Dangerous level of arsenic detected in prison water in California

In California jails and prisons, drinking water contains potentially dangerous arsenic levelsaccording to a study published Wednesday in the journal Environmental Health Perspectives.

These prisons, where Latinos make up 41% of the population, have been the subject of investigation mainly by journalists and the inmates themselves, who “indicate serious environmental threats for health, but there have been few studies of this,” said Jenny Rempel of the University of California.

“This is one of the few studies that documents the structural challenges that continue to affect this basic human right to water on both sides of prison walls,” he added.

The water in these regions comes from underground aquifers that already naturally contain unhealthy levels of arsenic, and at all sites the study found levels of that element in the water supply that have exceeded established safe limits for months and even years.

Long-term exposure to still small amounts of arsenic in drinking water has been linked to a variety of cancers and other serious health problems. In 2001 the Environmental Protection Agency (EPA) lowered the maximum permissible level of contamination from 50 to 10 parts per 1 billion (ppb).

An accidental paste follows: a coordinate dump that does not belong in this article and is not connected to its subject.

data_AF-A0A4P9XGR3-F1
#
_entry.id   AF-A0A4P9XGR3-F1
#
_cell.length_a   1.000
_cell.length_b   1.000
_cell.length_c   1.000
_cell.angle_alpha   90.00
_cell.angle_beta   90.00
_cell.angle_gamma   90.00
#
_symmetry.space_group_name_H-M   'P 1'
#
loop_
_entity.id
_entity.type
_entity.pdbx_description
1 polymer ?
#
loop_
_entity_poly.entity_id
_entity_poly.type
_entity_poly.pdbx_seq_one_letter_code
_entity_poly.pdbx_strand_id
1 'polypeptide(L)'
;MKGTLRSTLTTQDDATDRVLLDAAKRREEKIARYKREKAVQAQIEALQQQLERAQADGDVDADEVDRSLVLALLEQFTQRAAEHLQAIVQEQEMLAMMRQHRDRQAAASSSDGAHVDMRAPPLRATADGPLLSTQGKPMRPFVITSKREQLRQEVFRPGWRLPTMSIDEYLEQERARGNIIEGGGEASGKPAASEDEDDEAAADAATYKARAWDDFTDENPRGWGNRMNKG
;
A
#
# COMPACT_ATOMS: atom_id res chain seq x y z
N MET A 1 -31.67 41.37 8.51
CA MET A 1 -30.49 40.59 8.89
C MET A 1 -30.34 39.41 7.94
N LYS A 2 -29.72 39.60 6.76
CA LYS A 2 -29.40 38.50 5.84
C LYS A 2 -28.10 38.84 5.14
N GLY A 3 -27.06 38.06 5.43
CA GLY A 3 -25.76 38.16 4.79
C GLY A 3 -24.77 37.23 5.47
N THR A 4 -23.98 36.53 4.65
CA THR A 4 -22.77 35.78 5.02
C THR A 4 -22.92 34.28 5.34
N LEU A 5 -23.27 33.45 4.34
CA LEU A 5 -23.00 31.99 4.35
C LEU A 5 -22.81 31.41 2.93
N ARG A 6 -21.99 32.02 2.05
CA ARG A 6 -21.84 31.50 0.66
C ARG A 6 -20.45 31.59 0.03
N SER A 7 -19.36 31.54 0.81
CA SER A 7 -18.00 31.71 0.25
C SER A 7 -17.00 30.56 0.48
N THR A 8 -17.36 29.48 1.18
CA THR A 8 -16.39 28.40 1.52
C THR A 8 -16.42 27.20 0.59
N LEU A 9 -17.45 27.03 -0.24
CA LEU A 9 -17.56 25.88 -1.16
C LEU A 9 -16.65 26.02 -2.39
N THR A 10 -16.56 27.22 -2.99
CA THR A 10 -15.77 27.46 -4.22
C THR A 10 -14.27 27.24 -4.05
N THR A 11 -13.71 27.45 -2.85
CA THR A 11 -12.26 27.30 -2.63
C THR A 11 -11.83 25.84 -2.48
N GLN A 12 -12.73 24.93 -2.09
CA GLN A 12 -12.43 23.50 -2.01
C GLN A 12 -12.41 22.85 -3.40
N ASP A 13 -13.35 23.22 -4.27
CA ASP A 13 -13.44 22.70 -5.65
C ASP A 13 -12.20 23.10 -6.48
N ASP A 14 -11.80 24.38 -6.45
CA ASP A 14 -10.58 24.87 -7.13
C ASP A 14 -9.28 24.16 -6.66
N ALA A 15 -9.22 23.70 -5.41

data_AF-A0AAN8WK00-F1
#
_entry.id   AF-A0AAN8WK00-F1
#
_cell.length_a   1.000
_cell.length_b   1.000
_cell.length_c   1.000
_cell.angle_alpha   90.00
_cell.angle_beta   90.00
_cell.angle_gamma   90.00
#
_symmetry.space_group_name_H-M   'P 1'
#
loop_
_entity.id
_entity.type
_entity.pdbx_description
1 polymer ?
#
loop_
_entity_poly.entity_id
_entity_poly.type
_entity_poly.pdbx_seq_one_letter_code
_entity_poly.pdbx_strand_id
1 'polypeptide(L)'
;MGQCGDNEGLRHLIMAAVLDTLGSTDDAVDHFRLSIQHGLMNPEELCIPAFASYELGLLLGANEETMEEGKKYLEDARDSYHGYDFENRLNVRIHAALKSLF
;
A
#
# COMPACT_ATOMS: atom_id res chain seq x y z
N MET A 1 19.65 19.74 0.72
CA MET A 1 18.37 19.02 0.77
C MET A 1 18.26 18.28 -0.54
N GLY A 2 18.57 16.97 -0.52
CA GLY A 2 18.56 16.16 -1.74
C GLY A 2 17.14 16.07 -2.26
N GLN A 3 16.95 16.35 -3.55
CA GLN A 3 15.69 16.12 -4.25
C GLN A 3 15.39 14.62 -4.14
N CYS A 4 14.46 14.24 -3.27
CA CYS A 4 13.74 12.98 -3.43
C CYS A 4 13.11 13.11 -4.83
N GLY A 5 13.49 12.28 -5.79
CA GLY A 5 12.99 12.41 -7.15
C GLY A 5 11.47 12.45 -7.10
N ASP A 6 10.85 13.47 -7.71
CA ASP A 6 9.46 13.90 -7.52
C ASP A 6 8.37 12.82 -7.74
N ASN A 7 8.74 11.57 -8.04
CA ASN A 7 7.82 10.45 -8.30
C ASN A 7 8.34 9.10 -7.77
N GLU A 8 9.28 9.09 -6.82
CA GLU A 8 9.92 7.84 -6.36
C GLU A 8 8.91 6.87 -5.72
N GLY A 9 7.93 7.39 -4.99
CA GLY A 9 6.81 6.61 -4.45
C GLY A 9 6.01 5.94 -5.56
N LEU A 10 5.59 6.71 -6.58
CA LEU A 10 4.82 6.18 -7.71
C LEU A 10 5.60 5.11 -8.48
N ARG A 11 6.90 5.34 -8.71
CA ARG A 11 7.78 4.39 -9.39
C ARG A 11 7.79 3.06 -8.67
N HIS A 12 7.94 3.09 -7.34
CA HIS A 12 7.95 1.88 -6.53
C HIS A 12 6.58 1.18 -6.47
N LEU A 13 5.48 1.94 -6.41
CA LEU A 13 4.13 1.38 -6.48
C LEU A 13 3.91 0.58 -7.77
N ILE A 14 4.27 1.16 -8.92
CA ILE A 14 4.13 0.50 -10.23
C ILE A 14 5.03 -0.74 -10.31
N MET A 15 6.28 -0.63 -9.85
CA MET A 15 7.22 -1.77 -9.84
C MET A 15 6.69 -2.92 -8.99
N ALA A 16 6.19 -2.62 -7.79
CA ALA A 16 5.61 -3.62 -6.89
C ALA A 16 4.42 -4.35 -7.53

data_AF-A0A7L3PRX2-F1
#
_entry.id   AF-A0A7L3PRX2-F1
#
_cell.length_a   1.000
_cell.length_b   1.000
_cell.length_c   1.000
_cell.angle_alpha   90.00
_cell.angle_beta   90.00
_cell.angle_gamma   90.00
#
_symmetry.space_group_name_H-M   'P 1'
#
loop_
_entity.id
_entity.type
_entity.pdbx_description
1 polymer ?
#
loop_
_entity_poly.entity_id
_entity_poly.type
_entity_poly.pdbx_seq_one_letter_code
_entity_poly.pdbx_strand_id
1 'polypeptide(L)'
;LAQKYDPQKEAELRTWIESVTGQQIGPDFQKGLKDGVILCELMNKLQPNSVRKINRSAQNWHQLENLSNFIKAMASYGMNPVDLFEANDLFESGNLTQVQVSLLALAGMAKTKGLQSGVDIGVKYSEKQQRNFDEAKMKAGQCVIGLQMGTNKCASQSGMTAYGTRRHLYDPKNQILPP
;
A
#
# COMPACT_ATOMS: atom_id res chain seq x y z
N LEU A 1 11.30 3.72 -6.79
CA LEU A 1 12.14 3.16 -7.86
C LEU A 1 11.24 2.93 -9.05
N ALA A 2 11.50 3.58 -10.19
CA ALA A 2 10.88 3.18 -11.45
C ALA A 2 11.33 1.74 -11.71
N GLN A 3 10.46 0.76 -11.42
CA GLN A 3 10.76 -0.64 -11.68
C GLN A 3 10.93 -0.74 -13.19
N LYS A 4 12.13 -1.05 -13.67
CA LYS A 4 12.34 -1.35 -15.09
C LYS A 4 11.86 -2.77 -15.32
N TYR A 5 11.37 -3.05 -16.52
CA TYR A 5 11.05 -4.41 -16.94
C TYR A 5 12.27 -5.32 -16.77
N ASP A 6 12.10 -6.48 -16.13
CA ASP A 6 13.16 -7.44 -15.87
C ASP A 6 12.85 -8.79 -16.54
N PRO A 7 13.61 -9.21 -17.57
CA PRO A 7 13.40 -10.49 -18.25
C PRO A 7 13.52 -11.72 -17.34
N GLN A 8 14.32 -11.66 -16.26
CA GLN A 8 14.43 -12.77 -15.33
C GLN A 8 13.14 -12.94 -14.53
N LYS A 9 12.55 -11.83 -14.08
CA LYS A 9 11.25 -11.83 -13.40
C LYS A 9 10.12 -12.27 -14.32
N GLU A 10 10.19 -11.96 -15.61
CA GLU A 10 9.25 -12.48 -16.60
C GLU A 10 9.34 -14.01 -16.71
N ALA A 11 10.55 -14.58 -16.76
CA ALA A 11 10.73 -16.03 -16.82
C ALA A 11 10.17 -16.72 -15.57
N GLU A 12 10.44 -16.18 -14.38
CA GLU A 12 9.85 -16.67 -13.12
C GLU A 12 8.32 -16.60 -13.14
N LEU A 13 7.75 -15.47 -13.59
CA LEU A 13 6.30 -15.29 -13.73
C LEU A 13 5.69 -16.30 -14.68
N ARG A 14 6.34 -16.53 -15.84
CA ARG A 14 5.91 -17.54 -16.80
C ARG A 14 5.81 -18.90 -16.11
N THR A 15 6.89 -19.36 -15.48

The study found that in the four communities considered, arsenic levels have exceeded 10 ppb in the last two decades, sometimes even after the community had received funds from the state to remedy the situation.

American Post News reported that California prisons are in inhumane conditions due to dense smoke from the fires.

Prisons in California with 41% Latinos

Latinos are 41% of people in California jails. In California, the highest incarceration rates are concentrated in Northern and Central California.

Latinos, who are 38% of the California populationare 41% of the people in prisons in that state, with an incarceration rate of 757 per 100,000 people in that group, detailed the Prison Policy Initiative (PPI).

For their part, African-Americans, who are only 6% of the state population, represent 27% of incarcerated people, with a rate of 3,036/100,000.

Researchers on Rempel’s team analyzed water quality data over 20 years at Kern Valley State Prison and nearby communities in the Central Valley, including Allensworth, McFarland and Delano.

It may interest you: There are 18 deaths from COVID-19 in California prison

California and confinement rates

In California, the highest incarceration rates are concentrated in Northern and Central California.

In California, the highest incarceration rates are concentrated in a handful of counties in the Northern and Central Californiaa, including Del Norte, Siskiyou, Shasta Tehama, Lake, Yuba, Kings and Tulare, according to PPI. EFE

Follow us on Google News, Facebook and Twitter to stay informed with today’s news!

Follow us on our Instagram account